Fortescue, Sir John

(c. 1394–1476)
   A loyal adherent of the house of LANCASTER, Sir John Fortescue was also chief justice of the Court of King’s Bench and the preeminent constitutional and legal theorist of medieval England.
   The second son of a Devonshire gentleman, Fortescue was educated at Oxford and trained in the common law at Lincoln’s Inn. 94 FITZGERALD, THOMAS, EARL OF KILDARE He became serjeant-at-law (i.e., a senior attorney who specialized in pleading cases in common law courts) in 1430, and was appointed chief justice of King’s Bench in 1442. Fortescue fought for HENRY VI at the Battle of TOWTON in March 1461, and afterward fled into SCOTLAND with the Lancastrian royal family. Over the next two years of Scottish exile, Fortescue wrote several treatises defending the Lancastrian title to the throne and refuting the claim of the house of YORK. The best known of these works, De Natura Legis Naturae (On the Nature of Law), dismisses the Yorkist claim because of its descent through the female line. In 1463, Fortescue followed Queen MARGARET OF ANJOU and her son Prince EDWARD OF LANCASTER to FRANCE. At the queen’s court in exile at St. Michel-enBarrois, Fortescue tutored the prince and probably also acted as the Lancastrian chancellor. Exile gave Fortescue time to write his De Laudibus Legum Angliae (In Praise of the Laws of England), which may have been intended, in part, to familiarize the prince with his future kingdom. De Laudibus compares English and French law by way of explaining that England, unlike France, was a mixed monarchy in which the Crown (i.e., the king in PARLIAMENT) governed with the consent of the people.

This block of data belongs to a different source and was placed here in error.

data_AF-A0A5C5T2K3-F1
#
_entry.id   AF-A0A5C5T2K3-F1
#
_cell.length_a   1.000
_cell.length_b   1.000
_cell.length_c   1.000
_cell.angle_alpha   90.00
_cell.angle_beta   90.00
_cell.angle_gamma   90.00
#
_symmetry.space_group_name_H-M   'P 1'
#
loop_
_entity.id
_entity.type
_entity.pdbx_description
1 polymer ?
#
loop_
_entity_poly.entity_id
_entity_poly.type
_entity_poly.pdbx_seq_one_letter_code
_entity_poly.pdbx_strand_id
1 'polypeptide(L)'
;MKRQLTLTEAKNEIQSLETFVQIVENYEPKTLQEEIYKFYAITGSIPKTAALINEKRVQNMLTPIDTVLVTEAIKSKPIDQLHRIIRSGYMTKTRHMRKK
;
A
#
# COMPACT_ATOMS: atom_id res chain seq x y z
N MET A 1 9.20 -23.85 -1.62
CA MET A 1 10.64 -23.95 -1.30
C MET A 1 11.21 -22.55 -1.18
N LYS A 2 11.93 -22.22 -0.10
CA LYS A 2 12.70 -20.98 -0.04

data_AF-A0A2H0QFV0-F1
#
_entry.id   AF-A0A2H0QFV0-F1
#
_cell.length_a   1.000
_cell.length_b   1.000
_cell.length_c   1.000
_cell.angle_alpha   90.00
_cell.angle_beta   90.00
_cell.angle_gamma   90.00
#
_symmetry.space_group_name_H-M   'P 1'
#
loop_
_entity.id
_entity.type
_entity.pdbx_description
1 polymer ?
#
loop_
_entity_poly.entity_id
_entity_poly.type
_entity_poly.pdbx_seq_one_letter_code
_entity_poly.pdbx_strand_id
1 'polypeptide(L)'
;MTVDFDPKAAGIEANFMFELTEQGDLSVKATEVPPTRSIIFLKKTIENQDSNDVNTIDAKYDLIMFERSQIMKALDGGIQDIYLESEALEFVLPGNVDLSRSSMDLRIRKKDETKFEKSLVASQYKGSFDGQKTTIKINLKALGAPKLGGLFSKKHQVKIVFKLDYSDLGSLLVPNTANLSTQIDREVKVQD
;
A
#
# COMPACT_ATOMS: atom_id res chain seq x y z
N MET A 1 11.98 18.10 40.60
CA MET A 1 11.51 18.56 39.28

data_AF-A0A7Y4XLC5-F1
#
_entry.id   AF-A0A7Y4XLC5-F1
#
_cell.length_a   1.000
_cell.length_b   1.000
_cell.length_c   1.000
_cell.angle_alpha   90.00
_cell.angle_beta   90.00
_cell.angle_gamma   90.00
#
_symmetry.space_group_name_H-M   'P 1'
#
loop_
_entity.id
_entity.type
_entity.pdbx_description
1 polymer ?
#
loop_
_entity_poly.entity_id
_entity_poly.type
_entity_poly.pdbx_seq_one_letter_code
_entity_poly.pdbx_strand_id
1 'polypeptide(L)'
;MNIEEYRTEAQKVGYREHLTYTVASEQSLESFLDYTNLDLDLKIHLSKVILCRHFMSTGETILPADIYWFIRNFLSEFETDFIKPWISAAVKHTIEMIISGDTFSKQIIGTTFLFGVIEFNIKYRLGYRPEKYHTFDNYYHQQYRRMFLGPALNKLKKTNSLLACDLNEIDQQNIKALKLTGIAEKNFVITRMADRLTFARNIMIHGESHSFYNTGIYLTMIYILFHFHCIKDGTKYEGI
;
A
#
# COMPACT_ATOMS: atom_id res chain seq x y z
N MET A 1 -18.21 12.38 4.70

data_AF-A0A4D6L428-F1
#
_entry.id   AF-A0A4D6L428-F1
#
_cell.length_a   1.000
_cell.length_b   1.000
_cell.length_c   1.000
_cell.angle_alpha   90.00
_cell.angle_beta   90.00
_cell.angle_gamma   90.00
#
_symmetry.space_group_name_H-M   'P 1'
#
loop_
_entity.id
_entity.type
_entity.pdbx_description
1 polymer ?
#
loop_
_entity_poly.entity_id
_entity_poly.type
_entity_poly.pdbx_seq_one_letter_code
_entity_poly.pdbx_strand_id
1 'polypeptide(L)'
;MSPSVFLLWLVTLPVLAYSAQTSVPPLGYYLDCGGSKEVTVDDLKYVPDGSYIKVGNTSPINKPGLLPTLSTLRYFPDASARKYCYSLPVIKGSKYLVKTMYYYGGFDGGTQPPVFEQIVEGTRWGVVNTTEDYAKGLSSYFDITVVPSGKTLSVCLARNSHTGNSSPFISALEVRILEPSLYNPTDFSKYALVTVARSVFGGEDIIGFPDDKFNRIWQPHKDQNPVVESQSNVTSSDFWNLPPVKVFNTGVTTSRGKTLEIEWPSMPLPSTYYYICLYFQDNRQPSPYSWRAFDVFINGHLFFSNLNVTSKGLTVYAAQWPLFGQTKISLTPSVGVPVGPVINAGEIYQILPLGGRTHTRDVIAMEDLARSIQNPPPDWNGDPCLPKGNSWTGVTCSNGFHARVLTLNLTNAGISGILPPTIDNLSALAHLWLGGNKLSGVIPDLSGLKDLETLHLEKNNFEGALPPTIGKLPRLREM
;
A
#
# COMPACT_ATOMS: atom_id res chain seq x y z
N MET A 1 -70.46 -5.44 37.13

In 1470, Fortescue supported the ANGERS AGREEMENT, the alliance that Queen Margaret concluded with Richard NEVILLE, earl of Warwick. After the Lancastrian restoration, while waiting to return to England, Fortescue drafted a series of proposals to advise Henry VI’s READEPTION government on how to avoid the errors that had caused Henry’s earlier downfall. Fortescue landed in England with Margaret and the prince on 14 April 1471, the day of Warwick’s death at the Battle of BARNET. Captured in May after the Battle of TEWKESBURY, Fortescue acknowledged Lancastrian defeat and submitted to EDWARD IV, who pardoned him and restored his estates on condition that he refute his own earlier arguments in favor of the Lancastrian claim. Achieving this in his Declaration upon Certain Writings Sent Out of Scotland, Fortescue successfully petitioned for reversal of his ATTAINDER. Fortescue’s last work, On the Governance of the Kingdom of England, summarized portions of De Laudibus and was the first work of constitutional theory in English and the first book of English law written specifically for laypersons. Appointed to the COUNCIL in the 1470s, Fortescue served until his death in 1476.
   Further Reading: Fortescue, Sir John, De Laudibus Legum Angliae, edited and translated by S. B. Chrimes (Holmes Beach, FL:William W. Gaunt and Sons, 1986); Fortescue, Sir John, Sir John Fortescue: On the Laws and Governance of England, edited by Shelley Lockwood (Cambridge: Cambridge University Press, 1997); Gross, Anthony, The Dissolution of the Lancastrian Kingship: Sir John Fortescue and the Crisis of Monarchy in Fifteenth-Century England (Stamford, UK: Paul Watkins, 1996).

Encyclopedia of the Wars of the Roses. . 2001.

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